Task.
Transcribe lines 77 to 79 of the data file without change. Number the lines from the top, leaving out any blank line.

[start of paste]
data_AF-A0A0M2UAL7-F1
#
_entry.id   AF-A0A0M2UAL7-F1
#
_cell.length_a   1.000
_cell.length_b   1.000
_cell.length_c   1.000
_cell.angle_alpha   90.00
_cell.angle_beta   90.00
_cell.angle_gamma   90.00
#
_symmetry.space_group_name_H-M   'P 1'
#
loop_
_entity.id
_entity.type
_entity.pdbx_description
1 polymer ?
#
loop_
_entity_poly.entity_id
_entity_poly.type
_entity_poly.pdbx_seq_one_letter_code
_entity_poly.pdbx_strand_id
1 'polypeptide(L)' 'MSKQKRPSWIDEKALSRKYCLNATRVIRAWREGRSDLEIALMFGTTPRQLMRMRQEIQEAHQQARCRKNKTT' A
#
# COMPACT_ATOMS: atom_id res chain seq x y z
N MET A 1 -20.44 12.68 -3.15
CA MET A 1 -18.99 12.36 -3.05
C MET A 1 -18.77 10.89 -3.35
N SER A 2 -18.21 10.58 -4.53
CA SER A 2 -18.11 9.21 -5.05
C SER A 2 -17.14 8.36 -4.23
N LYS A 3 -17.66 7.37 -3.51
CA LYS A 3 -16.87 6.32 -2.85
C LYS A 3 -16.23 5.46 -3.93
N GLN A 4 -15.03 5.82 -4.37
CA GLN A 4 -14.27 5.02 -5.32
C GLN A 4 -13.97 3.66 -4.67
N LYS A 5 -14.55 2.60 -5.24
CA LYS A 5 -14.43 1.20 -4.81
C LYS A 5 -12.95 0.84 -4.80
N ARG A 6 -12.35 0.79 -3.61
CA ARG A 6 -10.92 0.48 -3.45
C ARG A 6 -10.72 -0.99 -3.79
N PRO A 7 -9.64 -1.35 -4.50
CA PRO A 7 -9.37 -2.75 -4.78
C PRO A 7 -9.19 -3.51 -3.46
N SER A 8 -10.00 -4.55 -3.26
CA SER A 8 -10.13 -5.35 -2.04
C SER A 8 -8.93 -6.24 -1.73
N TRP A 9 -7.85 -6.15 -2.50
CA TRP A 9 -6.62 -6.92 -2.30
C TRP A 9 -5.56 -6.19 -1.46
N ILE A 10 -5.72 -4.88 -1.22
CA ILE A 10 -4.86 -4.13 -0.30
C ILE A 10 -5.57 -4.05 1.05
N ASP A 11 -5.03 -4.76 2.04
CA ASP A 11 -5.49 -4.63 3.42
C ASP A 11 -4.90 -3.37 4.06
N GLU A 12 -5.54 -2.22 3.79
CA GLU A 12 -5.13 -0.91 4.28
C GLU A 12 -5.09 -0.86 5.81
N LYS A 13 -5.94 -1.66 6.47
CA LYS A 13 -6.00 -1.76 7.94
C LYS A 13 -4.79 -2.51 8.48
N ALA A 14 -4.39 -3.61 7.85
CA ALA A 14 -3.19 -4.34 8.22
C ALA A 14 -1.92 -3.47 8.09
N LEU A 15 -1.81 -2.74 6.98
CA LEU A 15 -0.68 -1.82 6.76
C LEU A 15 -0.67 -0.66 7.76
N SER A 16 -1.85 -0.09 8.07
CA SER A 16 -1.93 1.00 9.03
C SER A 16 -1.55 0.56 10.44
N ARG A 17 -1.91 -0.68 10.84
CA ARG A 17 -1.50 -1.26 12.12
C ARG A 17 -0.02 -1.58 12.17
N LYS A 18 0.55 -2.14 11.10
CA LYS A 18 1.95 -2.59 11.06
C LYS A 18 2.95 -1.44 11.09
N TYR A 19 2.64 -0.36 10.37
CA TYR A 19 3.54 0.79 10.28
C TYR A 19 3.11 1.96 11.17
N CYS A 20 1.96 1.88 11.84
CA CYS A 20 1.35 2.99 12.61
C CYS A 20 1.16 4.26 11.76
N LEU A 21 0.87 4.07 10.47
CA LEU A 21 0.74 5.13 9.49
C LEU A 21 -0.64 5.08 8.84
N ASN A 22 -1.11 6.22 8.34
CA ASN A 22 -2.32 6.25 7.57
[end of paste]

CA ARG A 17 -1.50 -1.26 12.12
C ARG A 17 -0.02 -1.58 12.17
N LYS A 18 0.55 -2.14 11.10